Stridon (Latin: Strido Dalmatiae) was a town in the Roman province of Dalmatia. The town is known as the birthplace of Saint Jerome. From Stridon also came Domnus of Stridon, a bishop who took part in the First Council of Nicaea, and priest Lupicinus of Stridon. In 379 the town was destroyed by the Goths. Jerome wrote about it in his work De viris illustribus:[1] "Hieronymus patre Eusebio natus, oppido Stridonis, quod a Gothis eversum, Dalmatiae quondam Pannoniaeque confinium fuit...".

The exact location of Stridon is unknown. It is possible Stridon was located either in modern Croatia or Slovenia. Possible locations are the vicinity of Ljubljana,[2] Starod (Slovenia), Sdrin, Štrigova, Zrenj, Zrin (Croatia) and many others in both countries.[3][4][5] However, according to others, like Frane Bulić and his work "Stridon (Grahovopolje u Bosni) rodno mjesto Svetoga Jeronima: rasprava povjesno-geografska" (1920), and geographical map of the Roman Empire in 395 CE from "Historical Atlas" (1911) by William R. Shepherd, Stridon, which was the seat of a bishopric, is placed at 44.2N, 17.7E, in today's Bosnia, in Grahovsko polje (bs), near the town of Grahovo[6][7]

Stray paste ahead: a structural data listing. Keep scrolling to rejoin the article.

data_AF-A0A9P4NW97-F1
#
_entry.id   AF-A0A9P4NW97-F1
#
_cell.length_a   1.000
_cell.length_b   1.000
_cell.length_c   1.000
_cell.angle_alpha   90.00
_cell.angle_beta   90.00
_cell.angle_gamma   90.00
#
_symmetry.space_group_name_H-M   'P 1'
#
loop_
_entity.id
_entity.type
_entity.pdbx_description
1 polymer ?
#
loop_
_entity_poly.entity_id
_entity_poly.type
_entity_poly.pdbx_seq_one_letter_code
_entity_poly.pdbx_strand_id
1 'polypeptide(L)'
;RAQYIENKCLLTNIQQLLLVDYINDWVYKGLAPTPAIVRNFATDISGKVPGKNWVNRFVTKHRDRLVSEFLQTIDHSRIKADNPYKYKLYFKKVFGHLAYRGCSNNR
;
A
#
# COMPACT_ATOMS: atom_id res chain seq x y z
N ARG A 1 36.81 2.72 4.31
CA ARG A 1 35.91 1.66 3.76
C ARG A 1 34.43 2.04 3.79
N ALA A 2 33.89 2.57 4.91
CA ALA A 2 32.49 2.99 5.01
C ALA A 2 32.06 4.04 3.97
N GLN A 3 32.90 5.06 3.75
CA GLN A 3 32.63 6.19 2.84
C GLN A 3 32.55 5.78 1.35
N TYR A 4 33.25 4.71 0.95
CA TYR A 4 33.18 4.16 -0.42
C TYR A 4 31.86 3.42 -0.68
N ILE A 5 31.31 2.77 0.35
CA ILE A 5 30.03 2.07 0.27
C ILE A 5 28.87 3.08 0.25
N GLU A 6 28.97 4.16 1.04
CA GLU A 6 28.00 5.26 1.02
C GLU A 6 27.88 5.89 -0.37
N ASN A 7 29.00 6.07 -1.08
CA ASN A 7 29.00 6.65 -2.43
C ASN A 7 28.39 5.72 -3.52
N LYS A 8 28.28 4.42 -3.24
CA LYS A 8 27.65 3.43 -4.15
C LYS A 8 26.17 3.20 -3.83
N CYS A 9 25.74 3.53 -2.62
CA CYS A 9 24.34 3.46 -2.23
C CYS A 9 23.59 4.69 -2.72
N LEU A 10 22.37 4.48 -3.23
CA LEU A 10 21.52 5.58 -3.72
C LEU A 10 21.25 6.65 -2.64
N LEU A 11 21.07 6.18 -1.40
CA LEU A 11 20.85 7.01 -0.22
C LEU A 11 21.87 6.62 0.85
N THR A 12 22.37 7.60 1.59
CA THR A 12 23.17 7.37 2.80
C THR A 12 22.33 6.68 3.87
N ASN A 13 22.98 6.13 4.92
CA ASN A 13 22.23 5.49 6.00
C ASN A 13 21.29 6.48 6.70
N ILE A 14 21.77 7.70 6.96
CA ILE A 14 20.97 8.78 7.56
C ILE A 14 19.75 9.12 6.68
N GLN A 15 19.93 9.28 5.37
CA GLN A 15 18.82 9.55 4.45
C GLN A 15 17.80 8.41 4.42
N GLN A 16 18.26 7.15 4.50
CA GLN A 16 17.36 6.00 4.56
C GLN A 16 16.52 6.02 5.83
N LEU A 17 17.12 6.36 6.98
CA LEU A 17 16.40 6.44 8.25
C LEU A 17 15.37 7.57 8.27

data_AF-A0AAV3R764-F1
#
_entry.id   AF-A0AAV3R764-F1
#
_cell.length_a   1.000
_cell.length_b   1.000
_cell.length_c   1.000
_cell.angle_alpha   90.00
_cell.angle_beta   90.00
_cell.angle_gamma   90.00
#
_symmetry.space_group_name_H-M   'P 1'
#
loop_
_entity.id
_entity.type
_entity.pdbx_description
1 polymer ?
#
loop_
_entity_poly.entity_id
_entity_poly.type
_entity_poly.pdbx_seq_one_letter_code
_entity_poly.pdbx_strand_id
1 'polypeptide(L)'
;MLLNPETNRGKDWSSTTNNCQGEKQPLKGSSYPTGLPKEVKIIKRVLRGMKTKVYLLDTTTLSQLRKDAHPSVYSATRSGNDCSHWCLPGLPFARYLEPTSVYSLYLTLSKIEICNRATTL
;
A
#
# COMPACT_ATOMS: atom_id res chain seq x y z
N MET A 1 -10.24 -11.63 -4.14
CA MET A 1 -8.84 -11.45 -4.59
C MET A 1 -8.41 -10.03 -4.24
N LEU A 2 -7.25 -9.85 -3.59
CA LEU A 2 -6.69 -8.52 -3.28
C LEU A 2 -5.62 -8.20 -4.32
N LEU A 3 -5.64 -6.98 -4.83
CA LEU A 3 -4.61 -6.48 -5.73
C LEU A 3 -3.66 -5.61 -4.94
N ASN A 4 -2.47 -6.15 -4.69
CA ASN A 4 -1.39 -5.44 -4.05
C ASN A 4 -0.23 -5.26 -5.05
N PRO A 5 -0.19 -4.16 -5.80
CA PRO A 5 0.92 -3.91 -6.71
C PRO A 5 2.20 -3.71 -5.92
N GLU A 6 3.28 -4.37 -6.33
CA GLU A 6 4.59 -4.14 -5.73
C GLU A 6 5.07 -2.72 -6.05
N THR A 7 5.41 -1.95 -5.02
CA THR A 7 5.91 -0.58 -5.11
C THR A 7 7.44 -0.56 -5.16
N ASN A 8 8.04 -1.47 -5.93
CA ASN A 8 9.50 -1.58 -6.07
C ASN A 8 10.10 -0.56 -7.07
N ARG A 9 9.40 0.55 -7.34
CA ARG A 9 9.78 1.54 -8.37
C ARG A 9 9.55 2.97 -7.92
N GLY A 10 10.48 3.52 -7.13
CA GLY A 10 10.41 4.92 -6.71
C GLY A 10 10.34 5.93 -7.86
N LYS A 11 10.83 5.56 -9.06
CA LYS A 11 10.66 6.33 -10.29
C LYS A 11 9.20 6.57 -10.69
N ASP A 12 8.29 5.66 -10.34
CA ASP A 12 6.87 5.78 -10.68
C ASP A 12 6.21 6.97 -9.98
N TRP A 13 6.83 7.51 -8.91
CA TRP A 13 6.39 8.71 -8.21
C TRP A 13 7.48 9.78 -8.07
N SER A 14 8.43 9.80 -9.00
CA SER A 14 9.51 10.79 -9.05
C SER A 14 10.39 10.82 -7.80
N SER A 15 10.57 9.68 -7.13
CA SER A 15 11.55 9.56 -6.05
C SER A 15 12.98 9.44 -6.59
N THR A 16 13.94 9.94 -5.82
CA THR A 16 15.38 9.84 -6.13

1. ^ Jerome, De viris illustribus, ch. 135.
  2. ^ "Decorative Arts: Renaissance - Saint Jerome and the Lion". Louvre.fr. 2010. Retrieved February 1, 2010. 
  3. ^ http://www.druzina.si/ICD/spletnastran.nsf/all/2AAF9A6C851CDBC0C125736900348B23?OpenDocument
  4. ^ Josip Florschütz (October 1902). "Stridon i Zrin" [Stridon and Zrin] (PDF). Vjesnik Arheološkog muzeja u Zagrebu (in Croatian). 6 (1): 87–98. ISSN 0350-7165. Retrieved 30 September 2011. 
  5. ^ Antun Mayer (January 1942). "Stridon" [Stridon] (PDF). Vjesnik Arheološkog muzeja u Zagrebu (in Croatian). 22-23 (1): 175–185. ISSN 0350-7165. Retrieved 30 September 2011. 
  6. ^ Bulić Frane (1920). "Stridon (Grahovopolje u Bosni) rodno mjesto Svetoga Jeronima : rasprava povjesno-geografska". Vjesnika za arheologiju i historiju Dalmatinsku, v. 43 (in Bosnian and Croatian). Zemaljska štamparija - Sarajevo. Retrieved 30 October 2013. 
  7. ^ William R. Shepherd (1911). "Historical Atlas". New York: Henry Holt and Company, 1911. Perry-Castañeda Library of the University of Texas. p. [p.42–43]. Archived from the original on -. Retrieved 30 October 2013.  Check date values in: archive-date= (help)